Climbing in the Bozeman area.
Rock climbing is a hallmark of outdoor recreation. Seriously—carabiners and ropes have essentially become the universal signals of people who like to spend time outside. Oh, you’ve got a spring-loaded metal device affixed to your water bottle? Where did you go camping last weekend?
Joking aside, climbing is fun for pretty much anyone. And for some folks, it becomes an all-absorbing obsession. Perhaps there’s a primal urge hard-coded in our DNA inherited from tree-swinging apes. We have an impulse to climb. It feels good.
And fortunately, there are plenty of spots to rock climb around Bozeman. For beginners and experts alike, our mountains and valleys are dotted with cliffs of all different rock types—granite, limestone, and sandstone alike. So whether you’re an expert or neophyte, here’s what you need to know about climbing in southwest Montana.
Where to Go
For easy sport climbing, Bear Canyon is the go-to. There are tons of bolted routes in the 5.6-5.10 range. It’s also one of the closest climbing areas to downtown Bozeman—just a 20-minute drive and 10-minute approach.
Allenspur is another great beginner-friendly zone (albeit a bit farther from town), and has some more difficult climbs to be found—it’s a good spot if you’re looking to appease climbers with a variety of skill levels.
When it’s time to notch it up, Practice Rock offers a selection of climbs from 5.6-5.12. There aren’t any sport climbs per se, but it’s possible to hike to the top and set up a top-rope on a bolted anchor for nearly every climb.
Another popular area is Bozeman Pass, with a variety of sport-climbing crags offering routes across a broad range of difficulty. The Training Wall is known for having some local test-pieces.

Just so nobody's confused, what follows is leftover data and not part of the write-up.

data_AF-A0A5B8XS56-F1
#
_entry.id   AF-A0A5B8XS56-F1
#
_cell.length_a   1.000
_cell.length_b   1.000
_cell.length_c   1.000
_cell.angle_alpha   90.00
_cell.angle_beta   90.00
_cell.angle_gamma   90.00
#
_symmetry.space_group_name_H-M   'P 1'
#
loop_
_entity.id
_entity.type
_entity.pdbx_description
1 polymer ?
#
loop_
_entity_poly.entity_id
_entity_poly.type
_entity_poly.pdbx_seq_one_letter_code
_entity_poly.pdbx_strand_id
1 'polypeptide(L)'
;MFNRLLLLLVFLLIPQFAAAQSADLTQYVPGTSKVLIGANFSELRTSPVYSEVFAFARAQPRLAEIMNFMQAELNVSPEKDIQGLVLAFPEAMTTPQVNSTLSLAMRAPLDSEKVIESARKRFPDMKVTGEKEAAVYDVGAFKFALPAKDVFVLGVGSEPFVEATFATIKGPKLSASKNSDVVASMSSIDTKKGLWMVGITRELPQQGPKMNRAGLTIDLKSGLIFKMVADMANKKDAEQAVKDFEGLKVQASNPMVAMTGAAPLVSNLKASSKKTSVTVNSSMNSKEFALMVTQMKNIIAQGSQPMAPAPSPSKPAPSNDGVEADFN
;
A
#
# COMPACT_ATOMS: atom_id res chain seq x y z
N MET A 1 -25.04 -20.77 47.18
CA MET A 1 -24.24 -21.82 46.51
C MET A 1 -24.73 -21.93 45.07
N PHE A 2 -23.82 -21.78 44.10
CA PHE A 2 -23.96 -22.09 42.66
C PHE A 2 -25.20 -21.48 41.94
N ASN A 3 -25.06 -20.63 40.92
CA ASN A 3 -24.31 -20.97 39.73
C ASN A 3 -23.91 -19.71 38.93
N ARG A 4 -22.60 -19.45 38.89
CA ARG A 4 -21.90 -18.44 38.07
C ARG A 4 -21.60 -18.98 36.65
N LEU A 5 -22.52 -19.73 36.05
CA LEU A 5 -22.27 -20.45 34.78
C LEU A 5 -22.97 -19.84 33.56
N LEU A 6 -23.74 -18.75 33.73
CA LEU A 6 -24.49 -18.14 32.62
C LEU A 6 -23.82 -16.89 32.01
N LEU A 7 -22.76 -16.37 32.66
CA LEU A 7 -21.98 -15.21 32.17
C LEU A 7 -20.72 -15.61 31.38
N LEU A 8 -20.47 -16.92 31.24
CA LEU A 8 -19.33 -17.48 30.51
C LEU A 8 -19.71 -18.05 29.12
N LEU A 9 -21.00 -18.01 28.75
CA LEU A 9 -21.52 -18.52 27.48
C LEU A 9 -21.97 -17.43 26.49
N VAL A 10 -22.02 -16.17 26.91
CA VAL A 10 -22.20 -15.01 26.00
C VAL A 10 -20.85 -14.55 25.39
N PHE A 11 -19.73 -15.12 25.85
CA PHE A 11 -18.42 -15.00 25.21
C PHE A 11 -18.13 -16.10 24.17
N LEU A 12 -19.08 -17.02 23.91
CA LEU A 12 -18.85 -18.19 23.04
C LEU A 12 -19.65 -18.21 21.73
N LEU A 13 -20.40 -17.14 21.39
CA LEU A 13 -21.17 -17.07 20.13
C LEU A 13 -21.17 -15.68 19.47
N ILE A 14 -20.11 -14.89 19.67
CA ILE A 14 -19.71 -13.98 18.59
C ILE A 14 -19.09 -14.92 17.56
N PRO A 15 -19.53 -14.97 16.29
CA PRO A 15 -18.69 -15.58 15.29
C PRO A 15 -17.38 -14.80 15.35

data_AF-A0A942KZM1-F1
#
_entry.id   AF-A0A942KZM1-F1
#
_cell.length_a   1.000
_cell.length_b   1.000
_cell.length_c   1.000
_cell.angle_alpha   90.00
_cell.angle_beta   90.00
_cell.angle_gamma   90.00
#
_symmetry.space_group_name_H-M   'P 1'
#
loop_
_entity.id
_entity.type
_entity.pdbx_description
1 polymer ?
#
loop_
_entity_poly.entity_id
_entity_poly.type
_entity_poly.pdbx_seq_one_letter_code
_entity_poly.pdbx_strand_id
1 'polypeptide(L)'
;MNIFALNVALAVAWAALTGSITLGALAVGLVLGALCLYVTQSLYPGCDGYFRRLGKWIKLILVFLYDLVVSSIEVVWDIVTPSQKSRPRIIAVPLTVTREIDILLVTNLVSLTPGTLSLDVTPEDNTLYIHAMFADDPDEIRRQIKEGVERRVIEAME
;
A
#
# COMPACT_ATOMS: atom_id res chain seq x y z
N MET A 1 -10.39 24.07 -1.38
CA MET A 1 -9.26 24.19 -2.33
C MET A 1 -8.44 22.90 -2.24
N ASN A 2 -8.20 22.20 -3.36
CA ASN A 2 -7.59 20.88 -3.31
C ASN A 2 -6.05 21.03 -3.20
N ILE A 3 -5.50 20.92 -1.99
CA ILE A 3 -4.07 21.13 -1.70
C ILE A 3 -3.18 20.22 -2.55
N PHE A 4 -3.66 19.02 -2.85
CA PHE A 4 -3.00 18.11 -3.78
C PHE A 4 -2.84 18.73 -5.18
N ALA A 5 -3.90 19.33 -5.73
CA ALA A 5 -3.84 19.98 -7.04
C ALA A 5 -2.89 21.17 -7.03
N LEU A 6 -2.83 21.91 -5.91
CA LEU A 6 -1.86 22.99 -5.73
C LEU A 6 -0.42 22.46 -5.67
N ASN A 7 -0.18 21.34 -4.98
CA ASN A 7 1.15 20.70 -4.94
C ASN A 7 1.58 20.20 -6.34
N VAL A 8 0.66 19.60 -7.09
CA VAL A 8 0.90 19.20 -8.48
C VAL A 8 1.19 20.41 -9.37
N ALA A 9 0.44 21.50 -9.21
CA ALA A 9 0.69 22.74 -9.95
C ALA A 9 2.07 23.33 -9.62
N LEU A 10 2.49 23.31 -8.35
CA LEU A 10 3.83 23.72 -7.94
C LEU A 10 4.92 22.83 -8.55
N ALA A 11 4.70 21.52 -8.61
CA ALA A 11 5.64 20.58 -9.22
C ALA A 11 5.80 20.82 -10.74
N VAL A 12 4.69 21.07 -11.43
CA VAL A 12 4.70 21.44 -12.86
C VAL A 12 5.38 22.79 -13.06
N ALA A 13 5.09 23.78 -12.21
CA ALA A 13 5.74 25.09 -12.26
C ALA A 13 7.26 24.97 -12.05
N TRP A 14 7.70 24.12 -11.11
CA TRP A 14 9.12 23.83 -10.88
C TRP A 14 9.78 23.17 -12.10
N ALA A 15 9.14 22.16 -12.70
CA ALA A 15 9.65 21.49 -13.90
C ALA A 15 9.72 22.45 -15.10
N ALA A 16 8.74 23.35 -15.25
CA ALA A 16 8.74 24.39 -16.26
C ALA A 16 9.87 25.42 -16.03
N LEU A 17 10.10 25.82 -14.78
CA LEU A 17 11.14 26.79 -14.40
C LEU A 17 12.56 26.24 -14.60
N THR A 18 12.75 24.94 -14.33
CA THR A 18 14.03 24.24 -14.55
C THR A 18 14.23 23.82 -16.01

Gallatin Canyon is the beating heart of Bozeman-area rock climbing. With hundreds of routes ranging from moderate multipitch romps to nails-hard crack climbs, there’s enough to keep a zealous climber entertained for years on end.
Wolverine Bowl has the best limestone sport climbing in the area. It’s bullet-hard, very sharp, and dotted with long pitches in the 5.11-5.12 range. Not to mention, its setting in the Bridgers is quite serene.
Looking for a weekend road-trip outside the immediate area? Natural Bridge has some of the best sport climbing in the state. Pipestone has a plethora of boulders and cracks, with nice camping. The Humbug Spires offer tantalizing faces and cracks, and are steeped in climbing history.
Around Bozeman, you’ll find lots of places to climb—and fortunately, not too many other people out there. Still, there are some important pieces of etiquette to keep in mind.
First and foremost, give people space. With plenty of room to spread out, there’s no need to be crowding another party on a route. Wait patiently for a pitch to open. There’s surely something else nearby.
On the other hand, don’t be a hoarder. Spending two hours working the most popular route at the crag on a busy weekend is pretty inconsiderate.
Music is a polarizing topic. At the end of the day, though, it’s presumptuous to think that other people are okay with you blasting tunes out there. Some of us are trying to enjoy nature for all that it is—sound (or lack thereof) included.
And then there are dogs. Lots of them around here, in fact. If you bring your dog climbing, it is absolutely imperative that you consider the impact on other people. Well-trained dogs who lay at your feet or stay out of the way are perfectly fine. But if you’ve got a four-legged nuisance on your hands who is running amok, stepping on ropes, and bothering other climbers, you’re not going to make any new pals.